User activities are performed by means of a set of standardized calls that are independent of the specific driver. Mapping those calls to device-specific operations that act on real hardware is the role of the device driver. This programming interface is such that drivers can be built separately from the rest of the kernel and “plugged in” at runtime when needed. This modularity makes Linux device drivers easy to write, to the point that there are now thousands of them available.
There are a number of reasons to be interested in the writing of Linux device drivers.
The rate at which new hardware becomes available (and obsolete!) alone guarantees that driver writers will be busy for the foreseeable future.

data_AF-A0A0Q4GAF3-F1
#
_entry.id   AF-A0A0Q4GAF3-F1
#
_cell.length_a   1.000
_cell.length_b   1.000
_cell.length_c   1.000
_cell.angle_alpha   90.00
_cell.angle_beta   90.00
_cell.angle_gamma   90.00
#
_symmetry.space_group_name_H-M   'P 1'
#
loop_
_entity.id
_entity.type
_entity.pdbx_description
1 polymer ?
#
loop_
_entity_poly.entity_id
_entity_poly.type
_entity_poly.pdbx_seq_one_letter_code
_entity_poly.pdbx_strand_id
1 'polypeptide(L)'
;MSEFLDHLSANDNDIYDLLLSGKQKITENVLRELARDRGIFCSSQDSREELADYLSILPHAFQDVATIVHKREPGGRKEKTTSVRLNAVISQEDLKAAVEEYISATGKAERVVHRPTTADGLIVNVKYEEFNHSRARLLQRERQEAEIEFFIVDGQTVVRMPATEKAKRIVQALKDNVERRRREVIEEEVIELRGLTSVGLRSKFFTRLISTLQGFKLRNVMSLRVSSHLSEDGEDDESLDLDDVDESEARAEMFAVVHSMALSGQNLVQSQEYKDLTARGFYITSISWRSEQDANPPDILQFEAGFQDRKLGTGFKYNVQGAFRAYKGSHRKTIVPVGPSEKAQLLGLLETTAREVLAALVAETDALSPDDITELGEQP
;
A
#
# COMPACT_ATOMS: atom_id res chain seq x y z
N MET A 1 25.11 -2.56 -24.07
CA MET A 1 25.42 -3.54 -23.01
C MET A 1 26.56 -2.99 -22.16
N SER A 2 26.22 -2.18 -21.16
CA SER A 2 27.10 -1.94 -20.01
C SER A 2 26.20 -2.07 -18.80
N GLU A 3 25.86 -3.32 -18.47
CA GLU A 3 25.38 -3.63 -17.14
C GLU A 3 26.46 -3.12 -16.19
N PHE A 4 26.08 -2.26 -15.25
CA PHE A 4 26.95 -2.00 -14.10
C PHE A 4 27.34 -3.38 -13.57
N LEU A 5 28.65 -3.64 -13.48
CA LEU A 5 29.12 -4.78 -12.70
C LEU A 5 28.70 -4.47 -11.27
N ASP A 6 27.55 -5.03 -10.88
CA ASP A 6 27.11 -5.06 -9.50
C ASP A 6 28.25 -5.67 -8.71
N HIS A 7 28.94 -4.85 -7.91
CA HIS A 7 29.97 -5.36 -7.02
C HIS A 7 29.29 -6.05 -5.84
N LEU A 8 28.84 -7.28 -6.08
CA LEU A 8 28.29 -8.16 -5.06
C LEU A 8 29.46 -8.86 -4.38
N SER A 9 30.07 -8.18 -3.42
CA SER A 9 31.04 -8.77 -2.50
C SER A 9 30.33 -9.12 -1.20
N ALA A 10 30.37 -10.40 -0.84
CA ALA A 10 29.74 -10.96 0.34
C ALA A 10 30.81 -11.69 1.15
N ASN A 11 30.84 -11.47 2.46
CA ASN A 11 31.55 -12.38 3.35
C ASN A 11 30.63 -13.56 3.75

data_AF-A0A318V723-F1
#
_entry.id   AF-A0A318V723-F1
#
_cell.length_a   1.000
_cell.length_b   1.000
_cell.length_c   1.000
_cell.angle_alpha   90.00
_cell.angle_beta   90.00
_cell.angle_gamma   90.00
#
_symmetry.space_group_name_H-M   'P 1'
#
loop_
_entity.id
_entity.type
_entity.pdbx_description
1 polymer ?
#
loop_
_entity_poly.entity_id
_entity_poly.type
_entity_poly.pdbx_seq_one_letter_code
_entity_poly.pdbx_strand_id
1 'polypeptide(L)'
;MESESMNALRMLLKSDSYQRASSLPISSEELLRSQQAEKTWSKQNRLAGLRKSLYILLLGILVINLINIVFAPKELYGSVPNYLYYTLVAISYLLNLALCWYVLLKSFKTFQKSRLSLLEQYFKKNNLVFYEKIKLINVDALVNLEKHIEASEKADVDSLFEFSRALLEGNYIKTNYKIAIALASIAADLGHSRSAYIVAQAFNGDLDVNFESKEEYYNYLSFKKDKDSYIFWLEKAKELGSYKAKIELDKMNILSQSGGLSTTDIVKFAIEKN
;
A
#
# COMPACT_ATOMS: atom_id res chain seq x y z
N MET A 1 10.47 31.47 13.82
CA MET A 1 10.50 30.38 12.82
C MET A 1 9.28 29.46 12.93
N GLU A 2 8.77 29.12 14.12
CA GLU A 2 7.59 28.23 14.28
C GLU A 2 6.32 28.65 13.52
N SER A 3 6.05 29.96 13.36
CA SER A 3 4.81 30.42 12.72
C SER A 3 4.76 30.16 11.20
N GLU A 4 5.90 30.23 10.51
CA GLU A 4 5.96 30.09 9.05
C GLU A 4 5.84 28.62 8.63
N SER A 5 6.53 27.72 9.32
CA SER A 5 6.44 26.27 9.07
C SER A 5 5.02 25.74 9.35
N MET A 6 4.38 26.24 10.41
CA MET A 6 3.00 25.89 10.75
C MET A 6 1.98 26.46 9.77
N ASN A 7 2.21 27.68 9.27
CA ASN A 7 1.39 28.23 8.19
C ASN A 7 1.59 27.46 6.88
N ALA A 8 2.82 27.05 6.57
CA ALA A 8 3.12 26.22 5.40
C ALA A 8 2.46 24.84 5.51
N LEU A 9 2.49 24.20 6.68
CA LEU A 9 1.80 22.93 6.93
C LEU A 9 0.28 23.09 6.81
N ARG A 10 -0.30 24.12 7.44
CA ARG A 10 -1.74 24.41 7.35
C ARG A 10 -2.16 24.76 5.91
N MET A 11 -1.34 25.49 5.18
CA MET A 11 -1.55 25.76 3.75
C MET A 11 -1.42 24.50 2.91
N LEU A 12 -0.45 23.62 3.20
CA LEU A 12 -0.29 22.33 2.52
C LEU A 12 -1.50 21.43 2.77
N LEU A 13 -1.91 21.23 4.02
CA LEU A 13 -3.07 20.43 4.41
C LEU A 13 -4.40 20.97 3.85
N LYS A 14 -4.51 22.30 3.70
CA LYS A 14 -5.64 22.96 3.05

Individuals may need to know about drivers in order to gain access to a particular device that is of interest to them.
Hardware vendors, by making a Linux device driver available for their products, can add the large and growing Linux user-base to their potential markets.
The open-source nature of the Linux system means that if the driver writer wishes, the source to a driver can be quickly disseminated to millions of users.
Source - Linux Device Drivers 3rd edition